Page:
Outside group launches six-figure ad buy to boost Sarvis campaign for Va. governor

October 24, 2013

Libertarian Robert Sarvis is getting some late financial help in his uphill fight for Virginia governor against better-funded foes Ken Cuccinelli II and Terry McAuliffe.

Purple PAC — a group devoted to backing candidates who are “‘red’ when it comes to economic policy, ‘blue’ when it comes to social policy” — launched a six-figure television ad buy Thursday designed to boost Sarvis’s campaign by painting him as a more appealing choice than Cuccinelli (R) or McAuliffe (D). The ad push begins the same day Cuccinelli and McAuliffe will square off in the final debate of the race, a session Sarvis will miss because he did not meet the polling threshold set by the other candidates and the debate’s sponsor.

“Virginia: We have a rational choice for governor,” the ad’s narrator says. “Why choose between a hard right socially intolerant conservative and an ethically challenged big government liberal? Robert Sarvis — entrepreneur, Libertarian. Social tolerance and lower taxes. Virginia’s future. Send a message. Nov. 5th, vote Sarvis for governor.”

Ed Crane, Purple PAC’s president, said the group would spend at least $300,000 on the campaign to boost Sarvis. Crane is also the founder of the Libertarian Cato Institute.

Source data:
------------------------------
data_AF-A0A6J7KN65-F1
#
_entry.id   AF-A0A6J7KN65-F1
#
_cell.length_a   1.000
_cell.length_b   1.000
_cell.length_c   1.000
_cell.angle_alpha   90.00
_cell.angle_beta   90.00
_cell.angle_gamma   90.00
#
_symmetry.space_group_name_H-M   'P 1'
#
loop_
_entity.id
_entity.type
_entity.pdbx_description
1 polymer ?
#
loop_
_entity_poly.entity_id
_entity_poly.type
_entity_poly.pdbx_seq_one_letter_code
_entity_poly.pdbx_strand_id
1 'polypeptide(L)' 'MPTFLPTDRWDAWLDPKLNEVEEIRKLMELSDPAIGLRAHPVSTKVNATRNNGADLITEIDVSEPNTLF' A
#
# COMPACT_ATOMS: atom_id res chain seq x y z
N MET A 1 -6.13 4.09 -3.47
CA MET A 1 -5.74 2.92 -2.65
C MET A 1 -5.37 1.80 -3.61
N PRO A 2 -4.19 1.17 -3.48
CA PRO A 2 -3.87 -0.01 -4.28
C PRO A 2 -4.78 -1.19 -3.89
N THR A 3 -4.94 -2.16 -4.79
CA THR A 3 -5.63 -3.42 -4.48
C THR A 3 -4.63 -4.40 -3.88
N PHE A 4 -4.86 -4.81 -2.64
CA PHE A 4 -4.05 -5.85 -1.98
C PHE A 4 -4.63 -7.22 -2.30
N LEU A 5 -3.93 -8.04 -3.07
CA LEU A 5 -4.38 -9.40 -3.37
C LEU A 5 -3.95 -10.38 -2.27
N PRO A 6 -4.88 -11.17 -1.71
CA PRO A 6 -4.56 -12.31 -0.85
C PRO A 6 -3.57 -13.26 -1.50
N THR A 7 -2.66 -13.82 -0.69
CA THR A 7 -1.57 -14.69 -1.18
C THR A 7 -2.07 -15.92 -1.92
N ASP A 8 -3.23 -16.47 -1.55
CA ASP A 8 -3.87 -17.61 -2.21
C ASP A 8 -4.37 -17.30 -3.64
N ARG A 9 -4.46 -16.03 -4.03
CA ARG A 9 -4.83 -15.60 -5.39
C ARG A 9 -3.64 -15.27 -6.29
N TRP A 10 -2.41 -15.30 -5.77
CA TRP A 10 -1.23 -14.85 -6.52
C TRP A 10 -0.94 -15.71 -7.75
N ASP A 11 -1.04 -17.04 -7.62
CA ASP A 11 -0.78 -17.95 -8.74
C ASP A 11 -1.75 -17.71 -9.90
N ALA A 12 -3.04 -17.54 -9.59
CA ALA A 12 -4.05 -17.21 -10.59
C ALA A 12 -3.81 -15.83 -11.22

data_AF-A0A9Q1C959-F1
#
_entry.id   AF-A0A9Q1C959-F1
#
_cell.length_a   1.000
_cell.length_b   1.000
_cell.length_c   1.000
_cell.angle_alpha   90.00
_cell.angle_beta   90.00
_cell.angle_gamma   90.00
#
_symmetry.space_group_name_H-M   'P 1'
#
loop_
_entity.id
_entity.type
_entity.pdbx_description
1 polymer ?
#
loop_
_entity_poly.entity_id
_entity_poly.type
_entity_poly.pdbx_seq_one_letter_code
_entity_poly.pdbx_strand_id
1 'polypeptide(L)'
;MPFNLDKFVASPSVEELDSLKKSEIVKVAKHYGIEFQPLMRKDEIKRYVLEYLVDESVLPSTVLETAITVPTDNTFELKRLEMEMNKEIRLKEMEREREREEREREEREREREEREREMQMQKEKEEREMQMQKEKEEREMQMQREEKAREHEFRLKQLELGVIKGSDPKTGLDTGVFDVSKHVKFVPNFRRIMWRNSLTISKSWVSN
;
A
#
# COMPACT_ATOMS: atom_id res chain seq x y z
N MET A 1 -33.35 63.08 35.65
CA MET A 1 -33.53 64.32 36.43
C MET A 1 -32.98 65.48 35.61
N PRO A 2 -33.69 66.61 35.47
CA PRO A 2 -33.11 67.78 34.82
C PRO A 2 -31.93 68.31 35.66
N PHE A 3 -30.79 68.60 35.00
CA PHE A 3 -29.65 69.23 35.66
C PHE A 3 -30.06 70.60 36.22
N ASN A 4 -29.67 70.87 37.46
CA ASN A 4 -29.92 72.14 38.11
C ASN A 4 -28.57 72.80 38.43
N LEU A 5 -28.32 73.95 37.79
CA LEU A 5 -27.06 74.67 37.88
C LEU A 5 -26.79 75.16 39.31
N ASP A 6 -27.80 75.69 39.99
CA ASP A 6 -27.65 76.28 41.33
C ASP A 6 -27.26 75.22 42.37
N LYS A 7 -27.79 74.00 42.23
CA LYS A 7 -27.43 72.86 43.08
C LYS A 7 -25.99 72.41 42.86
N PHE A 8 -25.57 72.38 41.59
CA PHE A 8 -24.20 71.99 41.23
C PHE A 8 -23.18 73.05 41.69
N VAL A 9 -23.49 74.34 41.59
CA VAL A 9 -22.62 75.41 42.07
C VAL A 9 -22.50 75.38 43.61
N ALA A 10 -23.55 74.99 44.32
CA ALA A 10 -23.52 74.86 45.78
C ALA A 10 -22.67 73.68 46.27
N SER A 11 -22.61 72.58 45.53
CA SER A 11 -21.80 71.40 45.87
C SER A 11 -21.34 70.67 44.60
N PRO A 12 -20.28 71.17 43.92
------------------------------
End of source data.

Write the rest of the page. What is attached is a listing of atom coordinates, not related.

Polls have shown that Sarvis has benefited from voter dissatisfaction with the other two candidates, particularly Cuccinelli. His support has hovered around the 10 percent mark among likely voters in several surveys, though some polls have shown that his backers are less sure of their choice and may not know the Libertarian well.

Sarvis had raised less than $100,000 as of Sept. 30 and has only been able to air a handful of ads himself.

The late advertising boost could help the Libertarian Party in the future, even if Sarvis has little chance of winning Nov. 5. If Sarvis gets 10 percent or more of the vote in the governor’s race, then Libertarian candidates would gain ballot access for state and local offices — but not federal races — through 2021, according to the State Board of Elections.

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